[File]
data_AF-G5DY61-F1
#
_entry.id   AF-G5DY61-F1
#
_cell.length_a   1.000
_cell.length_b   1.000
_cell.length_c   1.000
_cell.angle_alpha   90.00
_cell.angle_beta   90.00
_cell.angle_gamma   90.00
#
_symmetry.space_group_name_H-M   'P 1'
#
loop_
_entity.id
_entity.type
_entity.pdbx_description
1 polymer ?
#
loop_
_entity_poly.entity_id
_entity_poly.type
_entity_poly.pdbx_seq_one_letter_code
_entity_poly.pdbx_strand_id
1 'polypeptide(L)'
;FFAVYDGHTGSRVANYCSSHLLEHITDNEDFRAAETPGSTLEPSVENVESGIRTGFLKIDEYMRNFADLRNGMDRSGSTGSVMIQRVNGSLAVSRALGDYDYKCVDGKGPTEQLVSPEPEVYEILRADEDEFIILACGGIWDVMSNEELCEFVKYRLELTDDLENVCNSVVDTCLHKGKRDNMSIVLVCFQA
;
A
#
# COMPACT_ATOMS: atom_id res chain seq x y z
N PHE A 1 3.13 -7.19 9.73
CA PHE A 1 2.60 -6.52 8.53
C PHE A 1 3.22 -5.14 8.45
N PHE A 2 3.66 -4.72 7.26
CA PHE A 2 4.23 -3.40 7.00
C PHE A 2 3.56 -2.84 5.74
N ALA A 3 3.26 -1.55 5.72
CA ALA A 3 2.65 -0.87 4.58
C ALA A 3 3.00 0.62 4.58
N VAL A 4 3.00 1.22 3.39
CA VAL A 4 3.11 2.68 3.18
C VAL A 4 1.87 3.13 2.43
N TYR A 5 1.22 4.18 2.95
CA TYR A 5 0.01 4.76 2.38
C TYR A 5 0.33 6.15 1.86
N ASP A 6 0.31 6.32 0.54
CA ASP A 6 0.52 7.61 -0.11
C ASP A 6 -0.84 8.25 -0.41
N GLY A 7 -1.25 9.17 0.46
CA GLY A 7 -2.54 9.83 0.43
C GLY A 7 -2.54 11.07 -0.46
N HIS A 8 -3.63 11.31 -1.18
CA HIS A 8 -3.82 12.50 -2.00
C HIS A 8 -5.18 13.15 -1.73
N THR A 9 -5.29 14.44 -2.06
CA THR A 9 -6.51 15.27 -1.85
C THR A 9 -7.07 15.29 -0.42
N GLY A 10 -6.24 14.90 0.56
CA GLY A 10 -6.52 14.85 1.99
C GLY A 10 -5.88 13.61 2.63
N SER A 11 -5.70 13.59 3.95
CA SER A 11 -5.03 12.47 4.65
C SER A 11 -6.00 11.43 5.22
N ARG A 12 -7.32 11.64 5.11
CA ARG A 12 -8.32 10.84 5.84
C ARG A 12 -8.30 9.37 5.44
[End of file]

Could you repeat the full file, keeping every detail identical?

data_AF-G5DY61-F1
#
_entry.id   AF-G5DY61-F1
#
_cell.length_a   1.000
_cell.length_b   1.000
_cell.length_c   1.000
_cell.angle_alpha   90.00
_cell.angle_beta   90.00
_cell.angle_gamma   90.00
#
_symmetry.space_group_name_H-M   'P 1'
#
loop_
_entity.id
_entity.type
_entity.pdbx_description
1 polymer ?
#
loop_
_entity_poly.entity_id
_entity_poly.type
_entity_poly.pdbx_seq_one_letter_code
_entity_poly.pdbx_strand_id
1 'polypeptide(L)'
;FFAVYDGHTGSRVANYCSSHLLEHITDNEDFRAAETPGSTLEPSVENVESGIRTGFLKIDEYMRNFADLRNGMDRSGSTGSVMIQRVNGSLAVSRALGDYDYKCVDGKGPTEQLVSPEPEVYEILRADEDEFIILACGGIWDVMSNEELCEFVKYRLELTDDLENVCNSVVDTCLHKGKRDNMSIVLVCFQA
;
A
#
# COMPACT_ATOMS: atom_id res chain seq x y z
N PHE A 1 3.13 -7.19 9.73
CA PHE A 1 2.60 -6.52 8.53
C PHE A 1 3.22 -5.14 8.45
N PHE A 2 3.66 -4.72 7.26
CA PHE A 2 4.23 -3.40 7.00
C PHE A 2 3.56 -2.84 5.74
N ALA A 3 3.26 -1.55 5.72
CA ALA A 3 2.65 -0.87 4.58
C ALA A 3 3.00 0.62 4.58
N VAL A 4 3.00 1.22 3.39
CA VAL A 4 3.11 2.68 3.18
C VAL A 4 1.87 3.13 2.43
N TYR A 5 1.22 4.18 2.95
CA TYR A 5 0.01 4.76 2.38
C TYR A 5 0.33 6.15 1.86
N ASP A 6 0.31 6.32 0.54
CA ASP A 6 0.52 7.61 -0.11
C ASP A 6 -0.84 8.25 -0.41
N GLY A 7 -1.25 9.17 0.46
CA GLY A 7 -2.54 9.83 0.43
C GLY A 7 -2.54 11.07 -0.46
N HIS A 8 -3.63 11.31 -1.18
CA HIS A 8 -3.82 12.50 -2.00
C HIS A 8 -5.18 13.15 -1.73
N THR A 9 -5.29 14.44 -2.06
CA THR A 9 -6.51 15.27 -1.85
C THR A 9 -7.07 15.29 -0.42
N GLY A 10 -6.24 14.90 0.56
CA GLY A 10 -6.52 14.85 1.99
C GLY A 10 -5.88 13.61 2.63
N SER A 11 -5.70 13.59 3.95
CA SER A 11 -5.03 12.47 4.65
C SER A 11 -6.00 11.43 5.22
N ARG A 12 -7.32 11.64 5.11
CA ARG A 12 -8.32 10.84 5.84
C ARG A 12 -8.30 9.37 5.44